Saturday, November 29, 2008

Daring Bakers—Caramel Cake with Caramelized Butter Frosting, Caramels and Spun Sugar

Caramel Cake with Caramelized Butter Frosting, Caramels and Spun SugarThis month for the Daring Bakers it's time to get back to a foundation ingredient in baking: sugar. Caramel takes center stage. It's in the caramel cake, the frosting, the spun sugar, and obviously the caramels.

This caramel cake comes from Shuna Fish Lydon of Eggbeater. I am a big fan of Shuna and have enjoyed her poetic posts on life and being a pastry chef since I stumbled on her blog earlier this year. When I saw this caramel cake months ago, I flagged it as one I wanted to make someday, so I was excited to find out we would be making Shuna's signature cake this month.
This is not an easy cake to make. In fact it might be a cake which requires the baker to be perhaps professional or at least highly intuitive—meaning that one need know to and how to change recipe/method while making said baked good based on how things look in the moment.
Shuna Fish Lydon

And on the Daring Bakers forum:
"This is one of those cakes that is truly about baking. It may sound strange because aren't all cakes about baking? What I mean is that getting this cake to bake is about balancing fat with acid and protein JUST RIGHT."
‑ Shuna Fish Lydon
After reading these two quotes, I realized that this would definitely be a "daring baker" event.

Caramel Syrup
The first thing to make is the caramel, since it's used in both the cake and the frosting. When making caramel, I have always put the sugar and water in a heavy, stainless steel pot and left it alone to do its thing. I don’t cover the pan or brush down the sides or stir the sugar and water mixture, and I’ve never had problems. Once it starts to turn color, though, it requires babysitting since it can go from a nice light golden color to a burnt state very quickly. When you start to see some color, start swirling the pan to distribute the color. Also know the color of your pan is dark, making the caramel look darker than it is. Be bold, and hang on or test some on a white ramekin to see the color.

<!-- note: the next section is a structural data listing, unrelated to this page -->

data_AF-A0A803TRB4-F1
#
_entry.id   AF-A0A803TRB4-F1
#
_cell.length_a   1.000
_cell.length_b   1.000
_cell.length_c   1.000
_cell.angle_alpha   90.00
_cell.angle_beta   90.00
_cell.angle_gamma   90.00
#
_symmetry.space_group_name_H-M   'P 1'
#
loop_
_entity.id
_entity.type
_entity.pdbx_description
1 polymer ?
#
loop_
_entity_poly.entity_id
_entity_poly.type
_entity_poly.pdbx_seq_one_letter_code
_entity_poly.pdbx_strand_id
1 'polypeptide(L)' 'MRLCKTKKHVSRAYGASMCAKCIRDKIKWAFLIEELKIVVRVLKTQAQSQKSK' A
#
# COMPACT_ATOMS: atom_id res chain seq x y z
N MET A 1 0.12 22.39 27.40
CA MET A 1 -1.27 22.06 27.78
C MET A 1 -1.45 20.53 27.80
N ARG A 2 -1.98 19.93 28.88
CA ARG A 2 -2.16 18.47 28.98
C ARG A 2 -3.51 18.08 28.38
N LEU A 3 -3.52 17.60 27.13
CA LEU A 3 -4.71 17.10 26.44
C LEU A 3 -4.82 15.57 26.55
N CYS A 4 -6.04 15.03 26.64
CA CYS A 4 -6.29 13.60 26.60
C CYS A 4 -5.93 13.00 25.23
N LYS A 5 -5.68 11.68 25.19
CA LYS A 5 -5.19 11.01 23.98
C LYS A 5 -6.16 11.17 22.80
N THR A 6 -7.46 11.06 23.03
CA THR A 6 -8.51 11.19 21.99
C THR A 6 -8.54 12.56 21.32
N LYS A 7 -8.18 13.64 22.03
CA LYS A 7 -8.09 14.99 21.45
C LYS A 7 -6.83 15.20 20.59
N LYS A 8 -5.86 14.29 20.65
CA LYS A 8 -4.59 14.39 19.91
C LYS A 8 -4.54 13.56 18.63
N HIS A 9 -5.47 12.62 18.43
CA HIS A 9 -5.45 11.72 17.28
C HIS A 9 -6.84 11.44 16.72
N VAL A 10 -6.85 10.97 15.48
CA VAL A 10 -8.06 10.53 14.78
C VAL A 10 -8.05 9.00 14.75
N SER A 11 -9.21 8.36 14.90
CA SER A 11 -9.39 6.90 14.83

This caramel syrup becomes an ingredient in the cake and frosting. I also used it in a sauce for the cake. To add a festive touch to the sauce, I added some President's Choice Candy Cane Eggnog to some caramel. This sauce with the cake was amazing!

Spun Sugar
I have always wanted to make spun sugar, and recently Zoë from Zoë Bakes did just that which inspired me to try it myself. It wasn't so hard, just messy. I covered my counter and floor with newspaper and set out three pot handles to dangle over the edge that were sprayed with cooking spray. Then, after cooking the caramel to just the right temperature, I used one of the whisks I've owned for just this purpose but never used. Dipping and flicking the sugar onto the pot handles was childlike fun. As the caramel fell to the paper-lined floor, it made a web of spun sugar strings. After I flicked all the caramel, I gathered it up into a ball or nest, and it was ready to decorate the cake. Then, I had a big mess to clean up!

Caramels
Mackintosh Toffee has always been one of my favorite treats. I used to pick it over chocolate bars, and I still buy the odd one for a treat. Well, now I don't have to buy it because the caramels I made this week are so much better! It's dangerous to know how to make them. I used a liner from a bag of Oreo cookies to pour some of the caramels into so they came out ridged. I also used a silicon mini muffin pan to make some. Wrapped in cellophane, I now have some Christmas treats ready to go to friends and family.

To see the different versions of caramel cake cropping up all over the foodblogosphere, check out the Daring Bakers Blogroll. Thanks to Delores of Chronicles in Culinary Curiosity who hosted this month, along with Alex (Brownie of the Blondie and Brownie duo), Jenny of Foray into Food and Natalie of Gluten-a-Go-Go who came up with the gluten-free version.

Ingredients
Ingredients for Caramel Syrup, Caramel Cake, Caramelized Butter Frosting, and Caramels

Recipe—Caramel Syrup